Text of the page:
‘A Populist Demagogue’Johnson’s Government ‘Most Extreme I’ve Seen’Says Former Tory Attorney General
Dominic Grieve told Byline TV that the Government’s disregard for the rule of law, its xenophobic rhetoric over migrants and its cronyism show why the Conservative Party’s problems go beyond one leader
The Prime Minister is a “shambles” who was always going to be forced down the route of becoming a “populist demagogue” – but simply getting rid of him will not end the Conservative Party’s deeper problems, a former Conservative Attorney General who Boris Johnson expelled has told Byline TV.
Dominic Grieve said he believes that Johnson “hasn’t got any policies” and therefore populism was the only direction “in which he was going to be productive”. Therefore, instead of tempering more extreme sentiments, the Government inflames them.
“If you are pandering to people’s prejudices, because it is a way of getting short-term fixes, to your lack of policy, and your being a shambles, it’s inevitably going to take you down this road, Grieve told Byline TV. “As an MP, people come in and demand higher sentences for crimes, feel angry or unhappy or upset and want change. And, generally speaking, the Conservative Party has seen itself as absorbing this, but acting as a check and moderator.
“If you decide to no longer be a moderator, because it suits your short-term agenda, to cover-up for the shambles, to do something else, then that’s the route down which you’re going to be pushed… When it comes to the crunch, it’s much easier for him to go down the route of being a populist demagogue than to actually say ‘oh, I stand up for liberal conservative values’ – because he hasn’t got any policies.”
The former MP for Beaconsfield was one of 21 Conservative MPs expelled from the party in 2019 by Johnson, on the advice of his then chief aide Dominic Cummings, over Brexit.
He told Byline TV that the removal of Johnson as Prime Minister in itself would not lead to significant change for the party, which is under the grip of a warped and weaponised sense of “parliamentary sovereignty” as its guiding principle.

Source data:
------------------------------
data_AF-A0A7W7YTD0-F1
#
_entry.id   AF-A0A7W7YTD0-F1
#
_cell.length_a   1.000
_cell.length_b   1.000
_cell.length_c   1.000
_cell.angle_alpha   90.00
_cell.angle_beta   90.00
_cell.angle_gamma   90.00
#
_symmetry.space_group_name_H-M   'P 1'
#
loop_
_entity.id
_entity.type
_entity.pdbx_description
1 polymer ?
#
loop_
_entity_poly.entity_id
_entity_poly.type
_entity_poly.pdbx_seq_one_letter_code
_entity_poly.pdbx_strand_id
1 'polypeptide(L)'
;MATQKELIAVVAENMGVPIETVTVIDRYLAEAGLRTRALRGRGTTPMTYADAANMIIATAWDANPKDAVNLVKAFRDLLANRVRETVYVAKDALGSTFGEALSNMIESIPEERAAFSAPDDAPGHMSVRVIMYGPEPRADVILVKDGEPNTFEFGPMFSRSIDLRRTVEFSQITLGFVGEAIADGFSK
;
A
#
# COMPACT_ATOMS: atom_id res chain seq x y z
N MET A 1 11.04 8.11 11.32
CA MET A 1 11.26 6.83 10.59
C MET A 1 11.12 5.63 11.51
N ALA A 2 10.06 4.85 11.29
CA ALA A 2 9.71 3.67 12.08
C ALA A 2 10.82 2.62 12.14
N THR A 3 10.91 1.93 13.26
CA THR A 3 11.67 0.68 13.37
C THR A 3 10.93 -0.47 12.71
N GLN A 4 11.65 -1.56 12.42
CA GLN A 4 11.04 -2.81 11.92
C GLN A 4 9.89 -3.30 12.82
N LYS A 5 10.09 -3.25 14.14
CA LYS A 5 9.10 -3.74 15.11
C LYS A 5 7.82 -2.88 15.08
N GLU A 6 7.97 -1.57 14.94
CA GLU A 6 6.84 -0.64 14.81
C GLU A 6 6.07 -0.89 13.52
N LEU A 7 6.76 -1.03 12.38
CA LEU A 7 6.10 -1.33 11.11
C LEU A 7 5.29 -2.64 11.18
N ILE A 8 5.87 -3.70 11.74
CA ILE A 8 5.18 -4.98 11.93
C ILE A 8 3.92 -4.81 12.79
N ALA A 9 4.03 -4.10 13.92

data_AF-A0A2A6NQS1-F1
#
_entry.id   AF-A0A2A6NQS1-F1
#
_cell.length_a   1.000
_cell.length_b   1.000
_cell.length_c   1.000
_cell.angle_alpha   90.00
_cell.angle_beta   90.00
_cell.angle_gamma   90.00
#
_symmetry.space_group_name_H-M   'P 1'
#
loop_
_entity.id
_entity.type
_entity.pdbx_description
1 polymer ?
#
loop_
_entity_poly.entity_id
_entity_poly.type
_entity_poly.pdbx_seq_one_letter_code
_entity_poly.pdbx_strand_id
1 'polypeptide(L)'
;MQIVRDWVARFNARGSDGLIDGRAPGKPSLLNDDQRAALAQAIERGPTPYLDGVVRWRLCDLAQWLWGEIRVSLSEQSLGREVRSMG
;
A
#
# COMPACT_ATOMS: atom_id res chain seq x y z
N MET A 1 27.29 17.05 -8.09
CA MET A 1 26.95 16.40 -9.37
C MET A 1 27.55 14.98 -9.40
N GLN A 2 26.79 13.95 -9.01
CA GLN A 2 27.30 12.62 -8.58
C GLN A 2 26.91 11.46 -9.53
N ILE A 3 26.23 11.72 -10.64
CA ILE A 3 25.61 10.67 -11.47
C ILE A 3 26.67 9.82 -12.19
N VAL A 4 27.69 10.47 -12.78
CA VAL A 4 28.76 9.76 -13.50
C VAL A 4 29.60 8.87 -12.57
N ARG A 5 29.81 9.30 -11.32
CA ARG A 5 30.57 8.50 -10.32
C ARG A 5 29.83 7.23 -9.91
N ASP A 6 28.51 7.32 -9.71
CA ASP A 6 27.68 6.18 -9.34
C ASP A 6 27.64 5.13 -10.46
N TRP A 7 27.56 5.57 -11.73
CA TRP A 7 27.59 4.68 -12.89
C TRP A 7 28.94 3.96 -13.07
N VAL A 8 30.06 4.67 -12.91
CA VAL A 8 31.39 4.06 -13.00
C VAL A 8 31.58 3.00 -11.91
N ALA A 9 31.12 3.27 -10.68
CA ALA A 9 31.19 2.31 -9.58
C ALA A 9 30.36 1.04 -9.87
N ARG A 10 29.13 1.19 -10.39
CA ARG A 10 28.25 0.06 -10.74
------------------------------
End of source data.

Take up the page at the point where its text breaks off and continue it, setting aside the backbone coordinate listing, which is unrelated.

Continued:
“I don’t think it would completely cure the problem,” the barrister said. “We seem to be living in a period with an obsession for this thing called parliamentary sovereignty. It does mean ultimately in our constitution that Parliament’s will is going to prevail. But, the attitude of the Government… is that parliamentary sovereignty means that a government with a majority can do absolutely whatever it likes. And then, if people disapprove, they chuck that Government out at the next general election, and that is democracy with parliamentary sovereignty.
“But parliamentary democracy works, in part, because minorities are prepared to accept majority decisions. And, once you remove the legitimacy of minority viewpoints, you are starting to erode the very foundations on which our society is based. And that’s extremely dangerous.
“It is the difference between the rule of law and rule by law. Rule by law means you pass a law on anything you like, and then that is how you coerce people into doing things. Rule of law carries with it an implication that it’s being done within a historic constitutional framework, where there are limits to the way governments will behave even when they have full power, potentially, to behave differently. This Government is the most extreme example I’ve seen in all my time in politics for having a disregard for principles of the rule of law.”
Responding to Johnson’s plan to reportedly allow ministers to throw-out legal rulings that the Government does not agree with, and restrict the power of judicial review – a key check on the executive – Grieve, a QC, said that the move seems predicated on keeping judges in the frame as “enemies of the people”.